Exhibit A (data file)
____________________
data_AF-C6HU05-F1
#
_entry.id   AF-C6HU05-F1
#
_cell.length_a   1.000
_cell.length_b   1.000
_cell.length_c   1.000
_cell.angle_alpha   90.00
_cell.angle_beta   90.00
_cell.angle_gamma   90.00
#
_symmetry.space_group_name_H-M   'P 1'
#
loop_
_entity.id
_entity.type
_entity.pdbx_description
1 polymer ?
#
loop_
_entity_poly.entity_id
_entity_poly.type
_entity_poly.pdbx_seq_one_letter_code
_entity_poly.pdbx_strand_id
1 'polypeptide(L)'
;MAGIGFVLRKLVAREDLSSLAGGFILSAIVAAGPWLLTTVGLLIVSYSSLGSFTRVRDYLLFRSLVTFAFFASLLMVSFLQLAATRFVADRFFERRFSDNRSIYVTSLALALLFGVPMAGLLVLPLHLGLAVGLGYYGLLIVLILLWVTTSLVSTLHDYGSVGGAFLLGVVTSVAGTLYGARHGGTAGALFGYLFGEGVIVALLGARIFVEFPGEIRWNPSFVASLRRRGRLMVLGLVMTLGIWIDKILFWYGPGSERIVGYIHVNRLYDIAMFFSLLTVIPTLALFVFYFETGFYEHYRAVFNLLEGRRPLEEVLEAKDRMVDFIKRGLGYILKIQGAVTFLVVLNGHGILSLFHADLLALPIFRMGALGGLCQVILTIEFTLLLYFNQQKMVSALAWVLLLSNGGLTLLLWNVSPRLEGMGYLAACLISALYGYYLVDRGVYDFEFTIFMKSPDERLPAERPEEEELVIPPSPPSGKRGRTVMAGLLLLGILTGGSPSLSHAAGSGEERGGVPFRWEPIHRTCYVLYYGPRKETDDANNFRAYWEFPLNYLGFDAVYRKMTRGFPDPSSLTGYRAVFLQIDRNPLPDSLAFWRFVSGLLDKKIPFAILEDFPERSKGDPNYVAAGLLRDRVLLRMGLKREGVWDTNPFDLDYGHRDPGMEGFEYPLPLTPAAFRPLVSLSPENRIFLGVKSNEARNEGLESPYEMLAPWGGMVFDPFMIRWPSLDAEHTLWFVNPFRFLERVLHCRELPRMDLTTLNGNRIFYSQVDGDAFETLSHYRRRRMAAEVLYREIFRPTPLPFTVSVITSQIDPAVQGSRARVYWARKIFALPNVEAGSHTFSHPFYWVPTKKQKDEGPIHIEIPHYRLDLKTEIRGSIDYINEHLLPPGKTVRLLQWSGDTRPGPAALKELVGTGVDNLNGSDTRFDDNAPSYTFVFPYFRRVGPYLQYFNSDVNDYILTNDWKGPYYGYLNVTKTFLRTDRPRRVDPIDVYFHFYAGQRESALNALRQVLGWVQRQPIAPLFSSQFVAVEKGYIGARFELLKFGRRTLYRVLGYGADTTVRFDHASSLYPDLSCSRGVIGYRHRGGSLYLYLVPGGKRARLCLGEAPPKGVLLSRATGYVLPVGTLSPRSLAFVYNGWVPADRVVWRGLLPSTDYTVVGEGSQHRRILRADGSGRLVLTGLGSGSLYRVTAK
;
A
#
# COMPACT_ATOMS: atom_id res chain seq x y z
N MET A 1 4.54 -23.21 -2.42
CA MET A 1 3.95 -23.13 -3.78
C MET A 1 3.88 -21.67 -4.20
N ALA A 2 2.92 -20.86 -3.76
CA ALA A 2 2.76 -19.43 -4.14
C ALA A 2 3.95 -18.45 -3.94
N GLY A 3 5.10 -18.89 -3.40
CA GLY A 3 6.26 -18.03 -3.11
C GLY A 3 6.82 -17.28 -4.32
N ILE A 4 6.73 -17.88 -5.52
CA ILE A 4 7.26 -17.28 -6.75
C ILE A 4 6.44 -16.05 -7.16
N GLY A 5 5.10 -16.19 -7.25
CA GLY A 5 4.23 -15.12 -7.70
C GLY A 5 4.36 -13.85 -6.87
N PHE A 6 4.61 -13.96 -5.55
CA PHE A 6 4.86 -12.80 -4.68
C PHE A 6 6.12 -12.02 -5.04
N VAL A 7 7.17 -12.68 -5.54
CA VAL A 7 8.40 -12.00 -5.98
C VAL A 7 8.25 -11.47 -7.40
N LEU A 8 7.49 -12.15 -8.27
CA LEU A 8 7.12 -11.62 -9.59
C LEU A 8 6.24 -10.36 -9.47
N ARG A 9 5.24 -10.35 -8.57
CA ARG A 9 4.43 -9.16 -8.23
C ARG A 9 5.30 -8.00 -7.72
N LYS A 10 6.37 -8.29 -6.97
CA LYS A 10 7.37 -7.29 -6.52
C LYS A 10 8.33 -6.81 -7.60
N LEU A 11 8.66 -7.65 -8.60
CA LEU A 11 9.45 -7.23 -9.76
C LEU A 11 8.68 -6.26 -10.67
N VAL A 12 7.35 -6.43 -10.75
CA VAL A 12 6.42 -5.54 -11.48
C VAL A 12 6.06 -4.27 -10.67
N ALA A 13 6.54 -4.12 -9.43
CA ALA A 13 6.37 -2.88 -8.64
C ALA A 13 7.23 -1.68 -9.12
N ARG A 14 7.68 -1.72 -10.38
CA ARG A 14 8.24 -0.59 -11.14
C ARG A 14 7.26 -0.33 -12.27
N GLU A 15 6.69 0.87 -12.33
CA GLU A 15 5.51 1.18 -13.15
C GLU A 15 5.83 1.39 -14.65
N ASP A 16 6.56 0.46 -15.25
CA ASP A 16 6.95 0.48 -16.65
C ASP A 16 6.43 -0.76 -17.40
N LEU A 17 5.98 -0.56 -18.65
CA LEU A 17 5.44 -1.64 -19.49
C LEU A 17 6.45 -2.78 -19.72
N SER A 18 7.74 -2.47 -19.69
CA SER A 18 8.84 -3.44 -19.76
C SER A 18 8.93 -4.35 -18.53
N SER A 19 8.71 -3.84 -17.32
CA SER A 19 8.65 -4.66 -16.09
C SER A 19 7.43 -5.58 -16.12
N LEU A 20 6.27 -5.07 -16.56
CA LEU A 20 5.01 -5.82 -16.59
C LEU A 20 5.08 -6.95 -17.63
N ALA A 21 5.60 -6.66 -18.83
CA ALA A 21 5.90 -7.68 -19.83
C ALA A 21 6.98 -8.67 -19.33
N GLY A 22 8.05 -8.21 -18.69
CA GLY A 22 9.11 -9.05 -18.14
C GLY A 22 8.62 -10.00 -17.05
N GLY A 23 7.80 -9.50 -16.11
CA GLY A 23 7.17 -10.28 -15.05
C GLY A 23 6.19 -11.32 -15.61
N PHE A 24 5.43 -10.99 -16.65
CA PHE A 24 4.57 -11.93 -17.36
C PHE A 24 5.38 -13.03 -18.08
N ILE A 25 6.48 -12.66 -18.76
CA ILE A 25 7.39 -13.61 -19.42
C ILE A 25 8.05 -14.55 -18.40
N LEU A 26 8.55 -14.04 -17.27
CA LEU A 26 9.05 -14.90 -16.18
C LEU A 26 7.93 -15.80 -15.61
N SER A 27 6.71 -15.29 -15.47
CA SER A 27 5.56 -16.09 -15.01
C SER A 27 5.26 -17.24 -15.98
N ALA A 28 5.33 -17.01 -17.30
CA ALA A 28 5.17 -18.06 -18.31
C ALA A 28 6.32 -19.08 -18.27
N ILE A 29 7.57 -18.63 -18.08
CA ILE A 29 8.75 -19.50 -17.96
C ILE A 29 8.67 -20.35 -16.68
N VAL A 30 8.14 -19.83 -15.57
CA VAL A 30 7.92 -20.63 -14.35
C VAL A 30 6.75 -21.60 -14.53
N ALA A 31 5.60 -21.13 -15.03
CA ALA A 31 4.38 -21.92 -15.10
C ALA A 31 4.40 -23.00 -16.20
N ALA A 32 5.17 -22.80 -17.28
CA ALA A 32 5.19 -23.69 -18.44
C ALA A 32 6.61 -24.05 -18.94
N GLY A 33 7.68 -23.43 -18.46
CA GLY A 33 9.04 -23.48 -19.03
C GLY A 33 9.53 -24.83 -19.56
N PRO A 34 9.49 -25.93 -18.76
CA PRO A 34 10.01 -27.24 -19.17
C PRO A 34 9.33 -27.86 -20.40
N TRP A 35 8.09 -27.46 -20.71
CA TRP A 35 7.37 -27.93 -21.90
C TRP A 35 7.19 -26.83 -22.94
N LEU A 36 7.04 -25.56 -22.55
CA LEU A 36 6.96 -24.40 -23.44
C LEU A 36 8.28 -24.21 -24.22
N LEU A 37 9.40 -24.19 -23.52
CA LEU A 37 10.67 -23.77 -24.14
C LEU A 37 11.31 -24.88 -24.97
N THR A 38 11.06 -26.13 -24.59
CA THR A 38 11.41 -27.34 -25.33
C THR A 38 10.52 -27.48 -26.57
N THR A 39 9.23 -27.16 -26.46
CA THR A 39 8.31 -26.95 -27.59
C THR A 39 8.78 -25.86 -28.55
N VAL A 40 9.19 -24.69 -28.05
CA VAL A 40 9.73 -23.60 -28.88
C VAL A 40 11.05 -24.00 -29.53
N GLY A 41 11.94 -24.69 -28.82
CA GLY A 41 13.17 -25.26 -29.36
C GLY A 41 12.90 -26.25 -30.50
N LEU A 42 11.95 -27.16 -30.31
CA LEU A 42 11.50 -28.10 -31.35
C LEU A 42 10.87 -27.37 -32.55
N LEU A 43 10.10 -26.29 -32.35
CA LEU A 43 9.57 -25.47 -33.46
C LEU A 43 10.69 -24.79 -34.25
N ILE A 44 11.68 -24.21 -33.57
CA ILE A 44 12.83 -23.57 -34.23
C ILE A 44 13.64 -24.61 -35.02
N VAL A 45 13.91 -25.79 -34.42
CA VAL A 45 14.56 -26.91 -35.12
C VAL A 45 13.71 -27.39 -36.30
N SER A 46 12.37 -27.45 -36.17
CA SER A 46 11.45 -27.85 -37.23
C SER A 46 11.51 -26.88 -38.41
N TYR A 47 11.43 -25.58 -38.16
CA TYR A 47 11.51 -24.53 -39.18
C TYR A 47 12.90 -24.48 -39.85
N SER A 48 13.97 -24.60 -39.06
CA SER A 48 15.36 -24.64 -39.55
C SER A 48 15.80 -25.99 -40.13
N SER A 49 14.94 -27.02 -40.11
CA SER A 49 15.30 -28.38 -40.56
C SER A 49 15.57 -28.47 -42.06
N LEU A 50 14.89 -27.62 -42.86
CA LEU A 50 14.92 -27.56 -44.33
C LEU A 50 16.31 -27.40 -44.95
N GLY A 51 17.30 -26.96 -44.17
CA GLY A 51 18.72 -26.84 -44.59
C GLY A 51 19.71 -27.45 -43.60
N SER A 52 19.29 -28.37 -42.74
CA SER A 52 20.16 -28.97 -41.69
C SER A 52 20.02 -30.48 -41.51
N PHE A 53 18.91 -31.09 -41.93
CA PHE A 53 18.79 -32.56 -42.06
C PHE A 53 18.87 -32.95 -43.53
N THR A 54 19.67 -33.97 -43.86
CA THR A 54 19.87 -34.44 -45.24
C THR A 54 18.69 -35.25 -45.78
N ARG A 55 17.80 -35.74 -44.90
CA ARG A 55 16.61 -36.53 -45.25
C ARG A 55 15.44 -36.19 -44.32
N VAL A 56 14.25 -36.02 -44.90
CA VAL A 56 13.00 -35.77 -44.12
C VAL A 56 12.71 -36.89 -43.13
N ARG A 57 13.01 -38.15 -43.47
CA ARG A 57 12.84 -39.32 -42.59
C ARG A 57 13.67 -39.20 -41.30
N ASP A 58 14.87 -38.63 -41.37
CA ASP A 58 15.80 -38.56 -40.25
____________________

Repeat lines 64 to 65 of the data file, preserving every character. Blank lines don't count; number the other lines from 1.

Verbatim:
N VAL A 12 7.35 -6.43 -10.75
CA VAL A 12 6.42 -5.54 -11.48